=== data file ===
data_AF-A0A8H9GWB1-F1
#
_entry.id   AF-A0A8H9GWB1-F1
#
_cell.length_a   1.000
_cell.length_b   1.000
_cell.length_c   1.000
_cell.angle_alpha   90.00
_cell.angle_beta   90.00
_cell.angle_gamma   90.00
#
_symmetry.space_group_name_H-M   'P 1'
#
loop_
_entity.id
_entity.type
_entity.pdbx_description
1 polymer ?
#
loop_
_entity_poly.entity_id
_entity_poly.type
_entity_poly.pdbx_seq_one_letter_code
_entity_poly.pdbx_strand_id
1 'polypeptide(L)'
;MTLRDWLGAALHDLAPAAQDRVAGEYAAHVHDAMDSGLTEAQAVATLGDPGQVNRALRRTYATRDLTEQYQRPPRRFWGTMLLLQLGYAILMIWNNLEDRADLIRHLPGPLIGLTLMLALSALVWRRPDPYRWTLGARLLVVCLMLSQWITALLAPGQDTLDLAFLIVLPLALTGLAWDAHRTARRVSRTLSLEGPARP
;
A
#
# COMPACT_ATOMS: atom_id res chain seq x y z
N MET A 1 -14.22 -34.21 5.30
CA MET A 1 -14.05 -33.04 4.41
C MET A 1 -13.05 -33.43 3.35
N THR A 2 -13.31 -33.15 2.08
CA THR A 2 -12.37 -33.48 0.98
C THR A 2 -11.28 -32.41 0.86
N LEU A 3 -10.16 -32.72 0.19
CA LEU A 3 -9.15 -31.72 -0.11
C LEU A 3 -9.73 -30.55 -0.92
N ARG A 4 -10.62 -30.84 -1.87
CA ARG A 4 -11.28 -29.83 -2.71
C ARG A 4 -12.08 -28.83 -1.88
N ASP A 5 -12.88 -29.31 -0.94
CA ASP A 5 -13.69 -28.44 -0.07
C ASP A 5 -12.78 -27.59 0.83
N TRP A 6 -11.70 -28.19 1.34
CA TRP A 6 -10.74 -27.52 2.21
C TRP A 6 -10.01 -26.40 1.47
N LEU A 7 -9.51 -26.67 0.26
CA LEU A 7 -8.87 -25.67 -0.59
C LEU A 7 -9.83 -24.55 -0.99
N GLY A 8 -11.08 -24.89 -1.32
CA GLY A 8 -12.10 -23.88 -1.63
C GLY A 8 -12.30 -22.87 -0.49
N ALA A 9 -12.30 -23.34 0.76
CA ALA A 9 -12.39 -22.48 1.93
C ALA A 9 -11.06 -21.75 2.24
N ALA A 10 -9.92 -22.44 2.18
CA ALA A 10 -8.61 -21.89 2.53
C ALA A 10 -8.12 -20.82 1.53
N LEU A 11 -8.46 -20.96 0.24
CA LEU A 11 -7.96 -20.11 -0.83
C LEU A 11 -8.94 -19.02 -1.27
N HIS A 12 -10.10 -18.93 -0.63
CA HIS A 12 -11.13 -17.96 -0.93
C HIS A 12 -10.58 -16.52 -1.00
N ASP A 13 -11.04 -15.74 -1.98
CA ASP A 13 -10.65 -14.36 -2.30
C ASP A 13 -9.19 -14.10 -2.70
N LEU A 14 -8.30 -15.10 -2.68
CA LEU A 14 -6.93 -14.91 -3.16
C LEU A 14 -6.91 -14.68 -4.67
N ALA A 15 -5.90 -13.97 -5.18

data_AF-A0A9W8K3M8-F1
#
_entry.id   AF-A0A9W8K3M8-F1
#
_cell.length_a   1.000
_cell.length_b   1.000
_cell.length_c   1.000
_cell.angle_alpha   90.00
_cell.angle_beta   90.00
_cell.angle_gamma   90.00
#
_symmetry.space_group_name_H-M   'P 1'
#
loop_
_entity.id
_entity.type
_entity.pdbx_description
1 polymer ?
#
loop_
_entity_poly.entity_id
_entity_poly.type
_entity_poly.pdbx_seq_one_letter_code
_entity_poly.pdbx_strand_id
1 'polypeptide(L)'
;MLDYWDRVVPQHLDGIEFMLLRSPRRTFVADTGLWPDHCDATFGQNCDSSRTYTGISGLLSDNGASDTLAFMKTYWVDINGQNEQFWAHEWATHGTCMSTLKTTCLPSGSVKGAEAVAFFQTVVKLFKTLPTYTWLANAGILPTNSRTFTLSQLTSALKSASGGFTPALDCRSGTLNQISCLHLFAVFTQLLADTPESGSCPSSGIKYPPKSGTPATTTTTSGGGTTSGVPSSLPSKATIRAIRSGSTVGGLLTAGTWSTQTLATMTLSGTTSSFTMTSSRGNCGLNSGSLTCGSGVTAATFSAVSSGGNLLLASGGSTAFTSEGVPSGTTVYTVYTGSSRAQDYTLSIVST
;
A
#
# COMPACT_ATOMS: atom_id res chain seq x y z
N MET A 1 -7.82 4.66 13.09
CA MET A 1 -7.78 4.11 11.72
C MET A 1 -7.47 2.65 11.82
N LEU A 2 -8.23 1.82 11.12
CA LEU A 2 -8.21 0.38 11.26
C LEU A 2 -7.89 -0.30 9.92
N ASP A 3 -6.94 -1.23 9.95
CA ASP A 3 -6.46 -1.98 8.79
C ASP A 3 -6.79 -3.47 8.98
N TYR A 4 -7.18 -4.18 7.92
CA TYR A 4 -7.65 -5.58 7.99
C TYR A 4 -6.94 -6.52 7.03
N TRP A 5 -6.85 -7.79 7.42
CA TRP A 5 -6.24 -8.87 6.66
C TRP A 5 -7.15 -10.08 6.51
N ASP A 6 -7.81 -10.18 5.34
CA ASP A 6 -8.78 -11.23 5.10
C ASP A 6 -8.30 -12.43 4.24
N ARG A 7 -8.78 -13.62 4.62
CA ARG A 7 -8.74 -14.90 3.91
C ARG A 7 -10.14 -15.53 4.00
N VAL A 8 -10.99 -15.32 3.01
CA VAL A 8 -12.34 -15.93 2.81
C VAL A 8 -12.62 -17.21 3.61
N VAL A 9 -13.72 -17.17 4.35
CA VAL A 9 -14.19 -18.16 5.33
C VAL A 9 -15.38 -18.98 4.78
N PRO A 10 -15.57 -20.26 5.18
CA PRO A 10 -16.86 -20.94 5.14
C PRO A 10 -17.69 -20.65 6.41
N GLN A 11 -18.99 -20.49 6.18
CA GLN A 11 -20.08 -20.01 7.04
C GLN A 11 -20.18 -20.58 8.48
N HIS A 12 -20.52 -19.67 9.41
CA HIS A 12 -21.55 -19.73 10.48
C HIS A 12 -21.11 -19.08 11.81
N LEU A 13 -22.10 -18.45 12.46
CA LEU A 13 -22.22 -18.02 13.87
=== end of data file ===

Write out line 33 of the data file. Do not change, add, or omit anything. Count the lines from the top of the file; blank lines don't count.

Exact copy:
C MET A 1 -13.05 -33.43 3.35